Once a Foreclosure Action Begins

You have the right to receive a copy of the legal papers in the foreclosure lawsuit when it begins. This is known as “service” of the Summons and Complaint. You must respond to the Summons and Complaint with an “Answer” within 20 days after you have been personally served, and within 30 days if served on you by other means. The Answer is your opportunity to state your defenses.

You should consult with an attorney or housing counselor for help in this process.

You have an obligation to appear at all scheduled court appearances. If you fail to appear, you risk losing important rights, which could lead to the loss of the case and your home.

You have a right to request court permission to proceed without paying court costs.

At a Mandatory Settlement Conference

You have a right to an explanation of the nature of the foreclosure action against you.

Both parties have an obligation to bring all necessary documents to the settlement conference. For a general list of required documents, visit the Mandatory Settlement Conference information page.

Both parties must negotiate in “good faith”, which means honestly and fairly. If you fail to do so, you may lose the opportunity to pursue a court-supervised settlement. If the bank or mortgage servicer fails to do so, the court may impose similarly significant penalties. Negotiating in good faith does not require either party to settle.

If you previously failed to submit an Answer, you will be given an extra 30 days to do so at the settlement conference.

After Settlement Agreement or Fully Executed Loss Mitigation Agreement

Within 90 days of finalizing a settlement, the lis pendens designation on your property, which warns people that title to your property is in dispute, must be lifted.

You may be responsible for additional taxes if you reach a settlement that includes debt forgiveness. Seek advice from a tax professional about any resulting tax consequences.

After Judgment of Foreclosure and Sale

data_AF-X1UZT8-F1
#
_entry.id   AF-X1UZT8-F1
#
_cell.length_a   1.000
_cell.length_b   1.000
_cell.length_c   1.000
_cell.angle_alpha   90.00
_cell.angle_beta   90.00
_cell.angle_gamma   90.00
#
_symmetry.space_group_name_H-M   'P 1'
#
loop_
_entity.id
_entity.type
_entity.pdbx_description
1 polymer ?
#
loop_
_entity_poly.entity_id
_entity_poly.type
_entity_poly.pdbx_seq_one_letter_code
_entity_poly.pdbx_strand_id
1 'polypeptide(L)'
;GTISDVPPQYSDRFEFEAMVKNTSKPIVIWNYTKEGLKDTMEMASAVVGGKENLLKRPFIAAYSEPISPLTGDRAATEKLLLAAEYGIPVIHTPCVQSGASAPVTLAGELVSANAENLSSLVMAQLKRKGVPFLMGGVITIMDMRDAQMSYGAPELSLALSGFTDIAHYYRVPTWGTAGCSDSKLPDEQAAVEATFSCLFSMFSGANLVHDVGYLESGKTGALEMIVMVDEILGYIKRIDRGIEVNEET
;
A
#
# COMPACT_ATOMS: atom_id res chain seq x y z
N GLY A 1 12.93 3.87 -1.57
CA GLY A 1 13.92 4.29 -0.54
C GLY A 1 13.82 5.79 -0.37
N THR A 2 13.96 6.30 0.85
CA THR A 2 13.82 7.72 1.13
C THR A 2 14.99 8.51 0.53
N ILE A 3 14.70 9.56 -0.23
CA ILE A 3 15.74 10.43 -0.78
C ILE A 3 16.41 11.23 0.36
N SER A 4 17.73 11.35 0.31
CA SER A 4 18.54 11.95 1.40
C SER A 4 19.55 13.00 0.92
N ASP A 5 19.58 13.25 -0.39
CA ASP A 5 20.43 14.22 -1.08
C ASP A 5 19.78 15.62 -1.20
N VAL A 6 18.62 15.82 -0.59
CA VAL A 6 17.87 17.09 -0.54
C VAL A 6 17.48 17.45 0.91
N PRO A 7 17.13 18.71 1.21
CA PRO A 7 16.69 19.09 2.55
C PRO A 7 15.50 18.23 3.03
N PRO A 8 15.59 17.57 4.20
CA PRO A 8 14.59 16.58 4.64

Upon a judgment of foreclosure and sale, the new owner can seek to evict you from the property.

If the home is resold for more than what you owe, you have a right to file an application with the court for the surplus funds, subject to certain deadlines. It is important to seek help from a legal service provider if you believe you are owed a surplus.

If the home is sold for less than what you owe, the lender may file an application for a judgment against you for the difference, known as a deficiency judgment. You may have the right to contest the amount of any deficiency judgment, including interest and penalties.

Get Help! Contact a Not-for-Profit Housing Counselor

Housing counselors that handle foreclosure-related issues can give you advice on your options and resources at little or no cost. They may also be able to negotiate with your lender for free and help you find free legal services in your area.

Housing counseling resources for New Yorkers include:

  • New York’s Homeowner Protection Program (HOPP), which connects with housing counselors and legal services at no cost. Call the HOPP hotline at (855) 466-3456 or visit
  • You can find a list of approved non-profit housing counselors by county here, on the DFS website.
  • 24-Hour assistance is available toll-free on the HOPE NOW hotline at 888-995-HOPE (888-995-4673). HOPE NOW is an alliance of HUD approved counseling agents, servicers, and investors that provide free assistance.
  • If you live in New York City, you can also call 311.

If you are in a foreclosure court case, you should consult an attorney.

Seek Legal Assistance

Contact a lawyer and review your mortgage documents. Make sure your loan is not in violation of any laws. If you do not have an attorney, the New York State Bar Association may be able to refer you to an appropriate attorney for your situation.

If you cannot afford a private attorney, resources for free or low-cost legal assistance include:

If you are in a foreclosure court case, you should consult an attorney.

File A Complaint

Learn how how to file a complaint with DFS.

Foreclosure Bill of Rights in Other Languages

The Residential Foreclosure Action Consumer Bill of Rights is available in the following languages: